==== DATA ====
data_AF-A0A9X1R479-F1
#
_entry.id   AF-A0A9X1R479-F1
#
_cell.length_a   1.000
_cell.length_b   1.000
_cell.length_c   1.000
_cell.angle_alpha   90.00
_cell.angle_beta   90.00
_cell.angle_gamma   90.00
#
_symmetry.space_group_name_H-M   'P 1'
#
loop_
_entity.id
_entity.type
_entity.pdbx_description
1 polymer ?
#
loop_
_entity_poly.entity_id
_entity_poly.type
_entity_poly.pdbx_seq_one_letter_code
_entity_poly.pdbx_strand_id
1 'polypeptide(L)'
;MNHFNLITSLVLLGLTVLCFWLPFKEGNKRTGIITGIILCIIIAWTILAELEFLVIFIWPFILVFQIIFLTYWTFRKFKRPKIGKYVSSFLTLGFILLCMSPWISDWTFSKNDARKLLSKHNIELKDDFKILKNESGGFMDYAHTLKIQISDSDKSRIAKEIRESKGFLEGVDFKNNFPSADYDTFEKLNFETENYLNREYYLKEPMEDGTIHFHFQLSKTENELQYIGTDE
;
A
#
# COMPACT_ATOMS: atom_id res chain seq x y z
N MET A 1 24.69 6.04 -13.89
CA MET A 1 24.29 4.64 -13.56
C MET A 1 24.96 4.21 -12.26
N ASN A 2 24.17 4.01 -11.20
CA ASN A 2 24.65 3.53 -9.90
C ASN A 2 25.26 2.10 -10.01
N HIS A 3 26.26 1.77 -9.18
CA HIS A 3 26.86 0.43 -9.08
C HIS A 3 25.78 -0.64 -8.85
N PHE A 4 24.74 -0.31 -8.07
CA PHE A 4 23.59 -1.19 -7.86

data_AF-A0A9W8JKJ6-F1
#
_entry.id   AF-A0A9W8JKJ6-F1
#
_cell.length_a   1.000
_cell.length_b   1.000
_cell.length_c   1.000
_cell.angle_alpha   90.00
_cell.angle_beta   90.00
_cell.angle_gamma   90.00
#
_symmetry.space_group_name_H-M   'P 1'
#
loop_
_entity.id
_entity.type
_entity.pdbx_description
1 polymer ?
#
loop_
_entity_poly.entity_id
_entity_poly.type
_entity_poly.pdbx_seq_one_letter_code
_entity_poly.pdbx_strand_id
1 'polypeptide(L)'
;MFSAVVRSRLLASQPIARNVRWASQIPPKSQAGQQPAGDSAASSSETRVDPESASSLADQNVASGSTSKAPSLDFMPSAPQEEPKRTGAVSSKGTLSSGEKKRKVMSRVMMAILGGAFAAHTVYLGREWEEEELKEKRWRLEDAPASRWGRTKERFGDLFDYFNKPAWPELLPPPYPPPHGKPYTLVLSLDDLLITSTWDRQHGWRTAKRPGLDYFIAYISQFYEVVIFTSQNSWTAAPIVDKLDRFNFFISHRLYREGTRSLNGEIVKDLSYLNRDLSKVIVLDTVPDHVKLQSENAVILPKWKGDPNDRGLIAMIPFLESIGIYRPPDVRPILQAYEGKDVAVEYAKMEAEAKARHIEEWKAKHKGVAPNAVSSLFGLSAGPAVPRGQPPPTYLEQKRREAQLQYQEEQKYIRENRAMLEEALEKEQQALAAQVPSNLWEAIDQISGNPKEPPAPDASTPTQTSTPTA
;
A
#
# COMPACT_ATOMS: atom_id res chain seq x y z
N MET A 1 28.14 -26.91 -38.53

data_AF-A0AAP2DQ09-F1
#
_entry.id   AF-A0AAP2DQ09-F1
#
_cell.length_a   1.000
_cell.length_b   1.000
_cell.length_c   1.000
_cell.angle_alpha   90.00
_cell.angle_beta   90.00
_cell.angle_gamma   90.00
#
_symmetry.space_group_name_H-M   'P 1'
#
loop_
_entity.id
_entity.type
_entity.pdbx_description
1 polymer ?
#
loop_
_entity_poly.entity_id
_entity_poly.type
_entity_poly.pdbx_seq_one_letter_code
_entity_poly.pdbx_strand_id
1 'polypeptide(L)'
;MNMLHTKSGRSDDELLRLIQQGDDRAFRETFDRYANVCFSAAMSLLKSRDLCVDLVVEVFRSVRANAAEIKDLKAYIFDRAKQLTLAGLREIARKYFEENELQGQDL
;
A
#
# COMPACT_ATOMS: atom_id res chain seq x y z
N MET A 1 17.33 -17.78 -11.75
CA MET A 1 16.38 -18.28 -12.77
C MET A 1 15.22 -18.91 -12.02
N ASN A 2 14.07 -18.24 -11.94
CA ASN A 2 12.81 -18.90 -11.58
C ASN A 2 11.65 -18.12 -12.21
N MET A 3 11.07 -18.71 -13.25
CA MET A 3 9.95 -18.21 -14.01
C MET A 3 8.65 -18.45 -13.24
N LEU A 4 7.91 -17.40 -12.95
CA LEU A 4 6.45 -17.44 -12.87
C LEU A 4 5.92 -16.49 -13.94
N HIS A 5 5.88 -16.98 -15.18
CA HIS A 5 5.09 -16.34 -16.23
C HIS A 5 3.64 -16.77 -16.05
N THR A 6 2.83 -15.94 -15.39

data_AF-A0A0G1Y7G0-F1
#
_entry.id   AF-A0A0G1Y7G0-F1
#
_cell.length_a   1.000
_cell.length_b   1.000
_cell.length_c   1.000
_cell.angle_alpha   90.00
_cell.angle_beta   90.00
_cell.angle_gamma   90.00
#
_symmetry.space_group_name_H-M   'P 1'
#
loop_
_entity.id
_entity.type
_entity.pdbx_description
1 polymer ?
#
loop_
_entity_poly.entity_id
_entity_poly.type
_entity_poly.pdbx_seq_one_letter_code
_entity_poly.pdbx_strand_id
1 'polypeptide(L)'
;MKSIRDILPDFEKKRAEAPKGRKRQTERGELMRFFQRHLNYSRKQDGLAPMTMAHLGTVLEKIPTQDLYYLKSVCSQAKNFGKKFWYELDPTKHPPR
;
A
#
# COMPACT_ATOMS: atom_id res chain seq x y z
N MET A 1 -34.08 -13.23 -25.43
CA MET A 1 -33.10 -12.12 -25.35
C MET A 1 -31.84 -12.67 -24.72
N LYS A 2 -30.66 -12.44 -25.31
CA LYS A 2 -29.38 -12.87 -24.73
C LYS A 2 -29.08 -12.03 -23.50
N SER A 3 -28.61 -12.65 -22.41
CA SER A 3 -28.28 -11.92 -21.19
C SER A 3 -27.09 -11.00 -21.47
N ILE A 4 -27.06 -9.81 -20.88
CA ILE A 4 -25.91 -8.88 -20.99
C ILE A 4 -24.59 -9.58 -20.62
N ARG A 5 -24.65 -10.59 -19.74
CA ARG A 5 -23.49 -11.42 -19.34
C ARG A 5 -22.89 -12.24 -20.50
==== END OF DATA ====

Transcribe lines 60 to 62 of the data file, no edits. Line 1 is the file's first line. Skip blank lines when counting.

#
loop_
_entity_poly.entity_id